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Summer Spotties on Plastics

Robbie Wells

With the summer northerlies in full swing, the first piscatorial pursuit I think of is our annual spotty mackerel run. There's nothing quite like approaching a mass of dive bombing gulls, terns and those crazy mutton birds. As you motor closer the surface is boiling and erupting in a mass of our summer speedsters, as they engulf every bit of whitebait that moves around them.

Even with five or six boats all looking for a piece of the action, the pleasure of everyone hooked up, young and old, experienced or novice, all rattling a few, is what fishing is about. It's also a great way to get them into some fishing with artificials.

Once the schools are located, no doubt the most popular, if not the most productive form of Spotty fishing, is using chromed metal slugs cast into the feeding frenzy and retrieved as fast as possible. Recently though I've been playing around with the ZMan 5" StreakZ in Pearl, Opening Night and Electric Chicken. I like the natural baitfish colors, but throw in a bit of chicken for some tuna or the odd kingy, as you never ever know what else is harassing those bait schools down deep.

We know the effectiveness of the 5" StreakZ when chasing tuna, but with the spotty mackerel the single most important thing is speed, speed, speed and of course making sure your plastic tracks straight. The TT HeadlockZ HD in a 5/0 is my go to jighead, it has a heavy duty hook that will handle just about anything and the extra bonus of slipping plastics being a thing of the past. As mentioned earlier speed is the essence, whether you are high speed retrieving on the surface or jigging off the bottom. I've been using a 4000 Shimano Stradic wound as fast as I can possibly wind it and unlike tuna, you can't tease the mackerel on a fast burn with a ZMan. If you slow down or pause, 9 out 10 times the mackerel will shy away and if jigging off the bottom the other disadvantage is that larger fish will engulf the whole lure resulting in the dreaded bite off!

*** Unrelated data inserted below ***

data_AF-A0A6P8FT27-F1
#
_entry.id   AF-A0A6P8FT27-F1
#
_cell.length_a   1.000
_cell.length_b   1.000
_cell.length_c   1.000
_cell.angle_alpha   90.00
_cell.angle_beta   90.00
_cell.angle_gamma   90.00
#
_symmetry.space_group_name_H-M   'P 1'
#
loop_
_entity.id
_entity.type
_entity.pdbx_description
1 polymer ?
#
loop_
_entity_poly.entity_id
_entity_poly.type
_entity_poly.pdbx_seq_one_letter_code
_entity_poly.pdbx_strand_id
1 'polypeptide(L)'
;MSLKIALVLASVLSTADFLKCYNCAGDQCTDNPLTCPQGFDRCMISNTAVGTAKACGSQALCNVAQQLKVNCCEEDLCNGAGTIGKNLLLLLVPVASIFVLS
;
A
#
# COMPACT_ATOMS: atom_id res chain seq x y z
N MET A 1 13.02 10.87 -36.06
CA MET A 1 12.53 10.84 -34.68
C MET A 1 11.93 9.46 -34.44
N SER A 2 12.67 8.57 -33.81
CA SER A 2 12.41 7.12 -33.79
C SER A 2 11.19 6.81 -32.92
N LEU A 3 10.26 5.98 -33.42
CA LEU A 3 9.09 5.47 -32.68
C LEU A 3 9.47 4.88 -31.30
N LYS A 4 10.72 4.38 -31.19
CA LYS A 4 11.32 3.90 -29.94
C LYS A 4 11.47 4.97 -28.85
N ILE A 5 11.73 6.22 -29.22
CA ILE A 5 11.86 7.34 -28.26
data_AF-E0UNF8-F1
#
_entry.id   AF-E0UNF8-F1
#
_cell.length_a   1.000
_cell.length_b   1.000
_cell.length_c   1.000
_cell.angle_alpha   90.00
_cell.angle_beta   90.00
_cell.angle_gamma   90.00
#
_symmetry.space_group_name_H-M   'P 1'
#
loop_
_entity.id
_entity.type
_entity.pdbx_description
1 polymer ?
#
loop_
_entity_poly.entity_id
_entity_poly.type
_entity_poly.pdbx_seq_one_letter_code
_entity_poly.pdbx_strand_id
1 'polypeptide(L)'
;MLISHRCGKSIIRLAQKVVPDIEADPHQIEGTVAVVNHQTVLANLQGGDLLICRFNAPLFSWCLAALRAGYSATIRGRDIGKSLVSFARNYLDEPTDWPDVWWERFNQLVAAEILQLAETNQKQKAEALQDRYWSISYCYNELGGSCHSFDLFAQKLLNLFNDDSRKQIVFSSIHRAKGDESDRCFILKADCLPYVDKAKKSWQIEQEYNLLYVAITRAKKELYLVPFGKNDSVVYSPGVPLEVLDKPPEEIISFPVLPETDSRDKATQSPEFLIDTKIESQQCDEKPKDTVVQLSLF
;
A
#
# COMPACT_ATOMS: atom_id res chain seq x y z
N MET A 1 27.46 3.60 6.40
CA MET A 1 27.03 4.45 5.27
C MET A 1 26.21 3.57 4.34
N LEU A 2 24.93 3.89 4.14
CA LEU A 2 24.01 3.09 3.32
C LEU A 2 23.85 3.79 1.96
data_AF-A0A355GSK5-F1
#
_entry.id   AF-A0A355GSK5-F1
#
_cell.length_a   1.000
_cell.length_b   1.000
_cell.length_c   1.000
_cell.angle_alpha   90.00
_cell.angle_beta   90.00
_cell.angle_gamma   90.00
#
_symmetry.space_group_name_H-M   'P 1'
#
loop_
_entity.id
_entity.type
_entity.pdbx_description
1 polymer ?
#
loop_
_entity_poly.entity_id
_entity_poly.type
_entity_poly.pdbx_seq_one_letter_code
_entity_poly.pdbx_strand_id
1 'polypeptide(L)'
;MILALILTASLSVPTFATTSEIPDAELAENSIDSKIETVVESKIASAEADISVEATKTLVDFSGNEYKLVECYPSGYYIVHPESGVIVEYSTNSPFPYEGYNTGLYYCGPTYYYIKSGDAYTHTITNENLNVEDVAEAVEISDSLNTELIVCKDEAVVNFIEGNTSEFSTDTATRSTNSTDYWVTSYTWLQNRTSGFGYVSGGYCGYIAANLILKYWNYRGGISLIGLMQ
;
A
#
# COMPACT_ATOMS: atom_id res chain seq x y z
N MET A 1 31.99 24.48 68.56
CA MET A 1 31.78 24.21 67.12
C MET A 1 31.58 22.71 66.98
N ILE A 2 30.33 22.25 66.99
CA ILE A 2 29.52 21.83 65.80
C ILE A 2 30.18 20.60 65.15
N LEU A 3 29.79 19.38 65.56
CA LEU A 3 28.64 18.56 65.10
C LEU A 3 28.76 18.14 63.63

Normal behavior with the spotty mackerel, once the baitfish have dispersed or been spooked, often by boat traffic, is for them to dive deep, so keep an eye on your sounder for potential shows. This is by far my personal favorite, if not most productive style of mackerel fishing using soft plastics. Drop a 5" StreakZ to the bottom and make sure you keep an eye on the line for any exaggerated movement in case something grabs it on the drop. Once you are on the bottom retrieve your placcy with a super-fast retrieve, pausing every second cast halfway through the water column. If there are mackerel around, then they can't resist it! You also seem to pick up a few larger spotties and a few Spanish that are harassing the outer edges of the bait schools, along with a good chance  of hooking up to a tuna or kingfish as bycatch.

They hit hard on the plastics jigged off the bottom and I normally run 30lb leader but if there is larger fish around or you are getting bite offs you may have to go to perhaps 50lb or even a small wire trace. I still try to persevere with the mono as the wire definitely decreases your hookup rate.

So when the school holidays roll around it's a great opportunity to grab a handful of plastics and mum, dad and the kids can go and rattle a few spotty mackerel for the morning. It's awesome fun and they are also not too bad on the chew.

How Goods Australia!

Robbie Wells

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